The U.S. Attorney for Oregon today unsealed a federal indictment of Portland lawyer Lori Deveny. Prosecutors charged Deveny with six counts of mail fraud, six counts of wire fraud, two counts of aggravated identify theft and bank fraud, two counts of engaging in monetary transactions with criminally derived property, two counts of filing a false tax return and five counts of failing to file a tax return.

Deveny pleaded not guilty to all charges.

WW first reported in January on allegations that Deveny had stolen hundreds of thousands of dollars in legal settlements awarded to her clients. Those clients included many people who had suffered traumatic brain injuries—Deveny represented these vulnerable people in personal-injury cases, then allegedly pocketed their cash.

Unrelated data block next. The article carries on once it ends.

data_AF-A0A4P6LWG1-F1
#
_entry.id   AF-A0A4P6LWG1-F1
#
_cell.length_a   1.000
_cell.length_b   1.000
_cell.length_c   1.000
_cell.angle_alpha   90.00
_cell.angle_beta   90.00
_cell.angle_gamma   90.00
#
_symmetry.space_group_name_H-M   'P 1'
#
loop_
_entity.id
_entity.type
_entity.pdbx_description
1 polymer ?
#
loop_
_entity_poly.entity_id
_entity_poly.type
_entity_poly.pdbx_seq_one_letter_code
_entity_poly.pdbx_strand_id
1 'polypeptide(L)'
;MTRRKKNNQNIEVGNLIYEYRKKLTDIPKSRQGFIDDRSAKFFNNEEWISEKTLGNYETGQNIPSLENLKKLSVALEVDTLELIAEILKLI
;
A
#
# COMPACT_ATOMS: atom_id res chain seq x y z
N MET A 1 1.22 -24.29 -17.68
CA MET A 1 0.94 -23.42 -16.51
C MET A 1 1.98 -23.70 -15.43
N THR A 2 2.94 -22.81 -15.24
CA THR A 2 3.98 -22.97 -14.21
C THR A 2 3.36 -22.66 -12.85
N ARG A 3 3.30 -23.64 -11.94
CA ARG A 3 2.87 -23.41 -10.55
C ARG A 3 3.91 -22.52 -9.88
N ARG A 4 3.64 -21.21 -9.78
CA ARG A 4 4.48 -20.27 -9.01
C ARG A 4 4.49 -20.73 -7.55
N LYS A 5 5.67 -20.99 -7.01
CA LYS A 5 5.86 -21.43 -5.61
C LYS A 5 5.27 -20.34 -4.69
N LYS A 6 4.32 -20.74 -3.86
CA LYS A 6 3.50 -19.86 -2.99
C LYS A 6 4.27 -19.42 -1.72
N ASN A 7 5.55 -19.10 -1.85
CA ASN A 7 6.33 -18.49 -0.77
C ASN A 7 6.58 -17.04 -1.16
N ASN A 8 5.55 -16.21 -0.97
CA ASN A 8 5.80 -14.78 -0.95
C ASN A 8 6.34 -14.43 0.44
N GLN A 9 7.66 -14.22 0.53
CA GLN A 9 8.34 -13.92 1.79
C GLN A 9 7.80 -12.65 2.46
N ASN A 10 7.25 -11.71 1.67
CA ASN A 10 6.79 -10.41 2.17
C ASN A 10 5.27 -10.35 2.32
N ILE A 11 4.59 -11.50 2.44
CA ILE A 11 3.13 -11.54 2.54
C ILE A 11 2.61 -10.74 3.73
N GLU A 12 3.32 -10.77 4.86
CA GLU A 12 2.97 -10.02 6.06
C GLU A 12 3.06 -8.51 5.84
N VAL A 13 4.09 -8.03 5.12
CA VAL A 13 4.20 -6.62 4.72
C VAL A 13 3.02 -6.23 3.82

U.S. Magistrate Judge John Acosta set a preliminary trial date of July 22. Deveny was released under her own recognizance. However, Assistant U.S. Attorney Claire Fay asked for a number of conditions: Deveny may have no contact with any former clients; Deveny must turn over all files, including electronic versions, from her law practice to the Oregon State Bar; she cannot leave the state of Oregon; and she cannot open any new financial accounts of any kind.

Fay also requested two unusual conditions. She noted that when federal agents arrested Deveny this morning, there were at least a dozen guns and numerous taxidermied animal heads—including a giraffe, zebra and lions—in her home. Fay requested that Deveny not be allowed to sell any of the guns or trophies. Judge Acosta declined to grant that request.

He ordered Deveny to turn over all ammunition to the court, but will allow her to sell her guns and trophies.